Minnows school and shift, pulse and pound, burst into sixty or seventy slivers. Your hand in my hand, you take each step as if walking in oversized slippers.
Out here, crappies and perch are abundant. Great gray owls and black-billed magpies fly by. We stand by the water’s edge. It doesn’t know you’re there, that your legs, once so suited for this land, for swimming, are now egret-thin.
Now and then we pause. Rest is rote. Dragonflies, like buzzing syringes, wing through the summer air. Wasps and bees needle the breeze. It is too humid and late. When we stop again, you remove your wig for the last time. I rub your thin belly, circular and slow, to ease the ache. Your shadow shimmers the water.
I remember when we were here last-- Your long Chippewa-hair flung droplets. You sung Diamonds on the Soles of her Shoes” and told me histories that never happened.
When we return to the copse, we veer back toward the path to sit some more. Near standing weeds, I think of Homer’s fields of asphodels.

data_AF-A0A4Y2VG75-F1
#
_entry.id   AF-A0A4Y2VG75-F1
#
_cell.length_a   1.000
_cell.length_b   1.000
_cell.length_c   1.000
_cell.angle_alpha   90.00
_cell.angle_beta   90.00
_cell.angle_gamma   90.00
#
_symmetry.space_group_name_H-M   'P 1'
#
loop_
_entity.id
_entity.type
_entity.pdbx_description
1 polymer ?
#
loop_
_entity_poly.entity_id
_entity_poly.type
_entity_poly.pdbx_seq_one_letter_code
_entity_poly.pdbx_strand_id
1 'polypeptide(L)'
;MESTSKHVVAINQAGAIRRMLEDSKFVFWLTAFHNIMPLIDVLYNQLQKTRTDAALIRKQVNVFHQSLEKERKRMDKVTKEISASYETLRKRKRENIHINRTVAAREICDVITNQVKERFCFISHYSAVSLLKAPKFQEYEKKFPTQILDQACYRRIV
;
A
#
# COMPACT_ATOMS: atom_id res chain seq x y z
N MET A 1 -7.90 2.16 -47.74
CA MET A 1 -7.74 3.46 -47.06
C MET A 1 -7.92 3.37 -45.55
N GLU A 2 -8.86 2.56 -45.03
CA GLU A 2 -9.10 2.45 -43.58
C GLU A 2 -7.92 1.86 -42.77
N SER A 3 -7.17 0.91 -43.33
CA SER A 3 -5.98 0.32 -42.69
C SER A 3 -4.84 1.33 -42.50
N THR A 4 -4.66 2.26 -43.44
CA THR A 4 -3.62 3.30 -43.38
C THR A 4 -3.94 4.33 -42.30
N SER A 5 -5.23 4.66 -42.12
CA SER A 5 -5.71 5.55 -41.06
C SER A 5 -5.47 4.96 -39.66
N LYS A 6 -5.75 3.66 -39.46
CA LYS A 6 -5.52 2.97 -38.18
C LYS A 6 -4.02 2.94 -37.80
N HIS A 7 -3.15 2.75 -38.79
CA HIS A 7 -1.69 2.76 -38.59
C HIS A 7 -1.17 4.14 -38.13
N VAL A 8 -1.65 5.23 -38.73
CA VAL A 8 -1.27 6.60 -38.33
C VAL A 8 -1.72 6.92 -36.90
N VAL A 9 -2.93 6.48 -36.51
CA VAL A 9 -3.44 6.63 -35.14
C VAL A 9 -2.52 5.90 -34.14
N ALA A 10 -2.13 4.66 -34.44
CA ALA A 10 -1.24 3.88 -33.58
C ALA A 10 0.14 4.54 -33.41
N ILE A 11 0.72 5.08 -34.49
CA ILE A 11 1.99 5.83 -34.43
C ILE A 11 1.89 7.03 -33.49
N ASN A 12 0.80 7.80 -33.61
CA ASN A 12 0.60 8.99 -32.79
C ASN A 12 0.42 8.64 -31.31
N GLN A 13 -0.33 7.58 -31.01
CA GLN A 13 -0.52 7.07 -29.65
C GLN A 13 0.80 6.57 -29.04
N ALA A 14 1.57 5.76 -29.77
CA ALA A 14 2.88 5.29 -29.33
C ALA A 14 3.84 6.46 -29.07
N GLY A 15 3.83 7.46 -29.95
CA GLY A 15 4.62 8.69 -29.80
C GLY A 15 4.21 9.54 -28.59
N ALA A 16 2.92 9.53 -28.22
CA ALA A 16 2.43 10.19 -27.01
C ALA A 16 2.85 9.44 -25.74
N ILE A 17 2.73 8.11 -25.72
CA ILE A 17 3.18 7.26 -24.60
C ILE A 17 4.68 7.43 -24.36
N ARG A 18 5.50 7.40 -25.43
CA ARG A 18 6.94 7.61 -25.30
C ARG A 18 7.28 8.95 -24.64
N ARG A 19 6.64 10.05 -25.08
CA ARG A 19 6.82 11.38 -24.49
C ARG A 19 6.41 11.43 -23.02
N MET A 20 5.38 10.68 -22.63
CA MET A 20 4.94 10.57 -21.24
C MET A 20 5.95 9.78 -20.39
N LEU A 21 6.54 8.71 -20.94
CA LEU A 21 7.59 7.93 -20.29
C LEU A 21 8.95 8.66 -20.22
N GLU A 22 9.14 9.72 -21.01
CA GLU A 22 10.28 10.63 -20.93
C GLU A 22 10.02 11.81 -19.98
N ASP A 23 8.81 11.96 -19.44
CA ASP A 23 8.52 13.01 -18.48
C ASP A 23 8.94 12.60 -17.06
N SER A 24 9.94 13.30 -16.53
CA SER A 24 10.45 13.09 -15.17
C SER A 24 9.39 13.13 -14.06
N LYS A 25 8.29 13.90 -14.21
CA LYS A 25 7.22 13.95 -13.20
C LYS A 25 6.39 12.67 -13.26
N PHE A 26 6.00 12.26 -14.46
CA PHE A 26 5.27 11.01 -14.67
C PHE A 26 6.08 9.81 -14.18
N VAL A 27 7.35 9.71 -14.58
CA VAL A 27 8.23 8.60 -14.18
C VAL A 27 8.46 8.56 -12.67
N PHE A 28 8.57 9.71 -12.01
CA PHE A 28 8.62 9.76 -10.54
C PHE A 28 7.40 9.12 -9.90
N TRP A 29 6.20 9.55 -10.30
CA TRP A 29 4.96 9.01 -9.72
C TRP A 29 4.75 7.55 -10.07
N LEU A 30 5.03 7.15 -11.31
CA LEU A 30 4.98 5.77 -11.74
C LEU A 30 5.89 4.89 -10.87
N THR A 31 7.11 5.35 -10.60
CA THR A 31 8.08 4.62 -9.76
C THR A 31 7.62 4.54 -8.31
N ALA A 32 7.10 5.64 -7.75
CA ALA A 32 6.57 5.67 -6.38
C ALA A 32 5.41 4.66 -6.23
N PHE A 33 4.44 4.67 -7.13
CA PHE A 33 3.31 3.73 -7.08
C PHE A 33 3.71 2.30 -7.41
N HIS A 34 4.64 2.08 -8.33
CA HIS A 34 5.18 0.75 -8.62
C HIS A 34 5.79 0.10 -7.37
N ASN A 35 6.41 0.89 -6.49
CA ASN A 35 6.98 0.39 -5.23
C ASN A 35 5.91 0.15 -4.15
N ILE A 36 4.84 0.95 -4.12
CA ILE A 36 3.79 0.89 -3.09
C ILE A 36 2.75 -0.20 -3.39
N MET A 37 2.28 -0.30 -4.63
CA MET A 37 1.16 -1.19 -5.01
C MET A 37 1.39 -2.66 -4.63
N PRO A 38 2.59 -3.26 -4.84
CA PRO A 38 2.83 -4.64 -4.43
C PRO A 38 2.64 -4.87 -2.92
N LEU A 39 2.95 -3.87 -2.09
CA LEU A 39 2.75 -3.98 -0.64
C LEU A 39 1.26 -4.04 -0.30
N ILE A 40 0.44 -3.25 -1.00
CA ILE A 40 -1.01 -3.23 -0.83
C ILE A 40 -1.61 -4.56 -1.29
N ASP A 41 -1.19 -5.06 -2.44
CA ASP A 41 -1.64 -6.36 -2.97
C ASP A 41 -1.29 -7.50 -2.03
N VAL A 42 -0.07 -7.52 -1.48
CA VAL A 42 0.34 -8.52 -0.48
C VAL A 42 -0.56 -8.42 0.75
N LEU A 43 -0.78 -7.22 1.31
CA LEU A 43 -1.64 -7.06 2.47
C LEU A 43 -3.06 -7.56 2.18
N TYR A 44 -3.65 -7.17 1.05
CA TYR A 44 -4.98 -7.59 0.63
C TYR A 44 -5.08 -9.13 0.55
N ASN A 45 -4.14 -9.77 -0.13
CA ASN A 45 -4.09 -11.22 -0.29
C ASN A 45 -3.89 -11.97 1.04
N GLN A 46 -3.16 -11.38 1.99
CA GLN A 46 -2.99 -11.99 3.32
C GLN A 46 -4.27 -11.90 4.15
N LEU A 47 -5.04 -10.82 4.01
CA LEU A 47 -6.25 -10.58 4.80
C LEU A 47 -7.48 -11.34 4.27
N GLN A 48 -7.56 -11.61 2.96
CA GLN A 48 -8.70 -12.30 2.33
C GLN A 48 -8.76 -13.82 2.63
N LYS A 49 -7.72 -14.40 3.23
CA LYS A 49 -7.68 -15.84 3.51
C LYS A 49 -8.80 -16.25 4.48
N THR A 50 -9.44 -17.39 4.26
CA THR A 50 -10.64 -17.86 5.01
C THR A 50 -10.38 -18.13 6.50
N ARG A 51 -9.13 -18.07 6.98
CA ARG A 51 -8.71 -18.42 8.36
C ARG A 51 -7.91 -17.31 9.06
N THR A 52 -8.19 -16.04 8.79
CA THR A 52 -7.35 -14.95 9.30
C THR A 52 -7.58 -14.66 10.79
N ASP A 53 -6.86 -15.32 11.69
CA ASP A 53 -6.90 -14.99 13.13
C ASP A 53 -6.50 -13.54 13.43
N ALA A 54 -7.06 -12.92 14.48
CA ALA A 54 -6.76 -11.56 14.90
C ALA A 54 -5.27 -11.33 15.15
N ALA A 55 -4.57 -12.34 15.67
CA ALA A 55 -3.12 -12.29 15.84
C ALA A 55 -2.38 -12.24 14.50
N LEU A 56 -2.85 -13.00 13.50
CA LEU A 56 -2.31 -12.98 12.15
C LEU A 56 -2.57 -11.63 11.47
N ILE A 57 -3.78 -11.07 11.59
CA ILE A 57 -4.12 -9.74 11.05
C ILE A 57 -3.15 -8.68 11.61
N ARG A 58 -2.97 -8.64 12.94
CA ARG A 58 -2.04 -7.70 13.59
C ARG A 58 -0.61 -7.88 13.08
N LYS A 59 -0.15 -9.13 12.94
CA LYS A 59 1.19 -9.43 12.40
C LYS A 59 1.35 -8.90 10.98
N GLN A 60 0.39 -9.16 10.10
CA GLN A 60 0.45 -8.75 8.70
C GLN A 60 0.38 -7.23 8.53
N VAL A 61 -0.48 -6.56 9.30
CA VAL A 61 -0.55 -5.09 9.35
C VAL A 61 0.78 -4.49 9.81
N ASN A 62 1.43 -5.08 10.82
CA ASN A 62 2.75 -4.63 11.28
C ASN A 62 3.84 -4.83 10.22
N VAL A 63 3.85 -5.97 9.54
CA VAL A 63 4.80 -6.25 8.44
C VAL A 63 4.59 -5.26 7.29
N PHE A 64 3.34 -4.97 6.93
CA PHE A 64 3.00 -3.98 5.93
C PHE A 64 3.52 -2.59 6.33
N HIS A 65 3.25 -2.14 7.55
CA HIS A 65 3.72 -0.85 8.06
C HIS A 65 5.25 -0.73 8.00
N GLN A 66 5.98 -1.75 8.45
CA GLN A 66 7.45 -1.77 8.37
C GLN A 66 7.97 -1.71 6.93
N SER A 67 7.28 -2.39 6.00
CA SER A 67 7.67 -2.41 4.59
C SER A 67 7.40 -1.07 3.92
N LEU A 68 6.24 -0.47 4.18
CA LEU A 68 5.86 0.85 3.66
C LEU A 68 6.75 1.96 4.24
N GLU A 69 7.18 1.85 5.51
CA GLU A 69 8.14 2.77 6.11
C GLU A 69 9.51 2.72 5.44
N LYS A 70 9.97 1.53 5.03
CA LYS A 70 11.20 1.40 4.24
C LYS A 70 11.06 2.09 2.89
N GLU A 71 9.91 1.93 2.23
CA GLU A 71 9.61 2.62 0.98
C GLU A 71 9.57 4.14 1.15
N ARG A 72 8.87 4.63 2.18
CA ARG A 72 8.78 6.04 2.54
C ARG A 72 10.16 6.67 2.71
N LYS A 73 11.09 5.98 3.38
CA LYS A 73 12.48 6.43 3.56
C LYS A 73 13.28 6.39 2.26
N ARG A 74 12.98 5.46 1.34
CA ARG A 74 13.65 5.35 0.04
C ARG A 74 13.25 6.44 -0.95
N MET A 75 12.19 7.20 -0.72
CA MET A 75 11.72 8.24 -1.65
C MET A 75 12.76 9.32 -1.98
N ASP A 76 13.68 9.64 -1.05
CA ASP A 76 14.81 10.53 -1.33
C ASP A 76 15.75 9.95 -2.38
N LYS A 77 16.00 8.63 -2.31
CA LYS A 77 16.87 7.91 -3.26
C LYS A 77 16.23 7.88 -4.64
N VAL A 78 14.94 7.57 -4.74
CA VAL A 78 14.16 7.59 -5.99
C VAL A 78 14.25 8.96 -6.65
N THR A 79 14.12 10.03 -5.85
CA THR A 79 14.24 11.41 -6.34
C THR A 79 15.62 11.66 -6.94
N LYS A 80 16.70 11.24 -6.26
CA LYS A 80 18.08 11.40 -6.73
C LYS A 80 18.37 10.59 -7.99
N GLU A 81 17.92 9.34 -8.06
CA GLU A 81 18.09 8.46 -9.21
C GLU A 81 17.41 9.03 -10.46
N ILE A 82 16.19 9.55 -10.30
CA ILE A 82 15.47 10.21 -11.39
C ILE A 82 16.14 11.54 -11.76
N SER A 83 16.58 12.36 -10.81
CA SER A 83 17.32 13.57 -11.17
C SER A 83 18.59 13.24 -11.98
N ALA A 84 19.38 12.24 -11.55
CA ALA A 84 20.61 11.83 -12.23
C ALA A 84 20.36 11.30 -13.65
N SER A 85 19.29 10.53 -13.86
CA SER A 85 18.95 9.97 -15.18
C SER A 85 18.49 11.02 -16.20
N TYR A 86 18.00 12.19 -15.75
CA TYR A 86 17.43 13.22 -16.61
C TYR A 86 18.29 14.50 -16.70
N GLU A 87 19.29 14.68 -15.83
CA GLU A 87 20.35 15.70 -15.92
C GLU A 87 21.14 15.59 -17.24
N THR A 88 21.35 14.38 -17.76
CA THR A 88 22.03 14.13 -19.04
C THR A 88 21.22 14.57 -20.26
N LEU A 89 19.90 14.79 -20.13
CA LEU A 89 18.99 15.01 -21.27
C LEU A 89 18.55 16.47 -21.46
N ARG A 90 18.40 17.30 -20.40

You stand and grit your teeth, hiss from the effort and pluck a cluster of oval leaves. You toss the foliage down, down to the moss-covered rock, shaped like oversized pills. A yellow- bellied flycatcher swoops past. My narrow eyes stare as it goes.
I wonder about playing pool and jazz clubs, if I will take a cruise or return to school somewhere abroad, and how fast life will move when all this slowness ends.
original version in Blood Orange Review
3 World Views, 2008
Tube to Nowhere, 2009
Shrinking to Sand Grains
Inside the house is a maze of boxes. Outside: the boxwoods, some bees, a U-Haul, the scent of wood and paper on my hands. My neighbor’s empty fridge blocks my driveway. Heaped into a can, my blue tarp has no damage left to cover.
Under the blindness of pine, I relax, flat, my arms spread in the tickle of grass. Song birds land near, eyeing bugs. The jay rests near his nest and I soak in shade, waiting for movers to take years away.
I can’t forget this city. I can’t stop hating this city.
I roll onto my side and grab a red rock from the ground: a fat-tailed flatness, burnt brown spots. I think how it sits, light touching its back, shrinking to sand grains, noting nothing.
I won’t stop hating you. I won’t forget you.
Above me: mindless moss, a bland tree. Beneath me is pulsing yard. Gnats like wisps of ash descend toward my garden. The day slips away like shed skin.
Dear Lakeview, dear Crescent City, I must go. My mind is a breath caught in rock.
original version in Third Wednesday
These Cow Boots Are Made For Splashin' , 2007 (the right is polarized)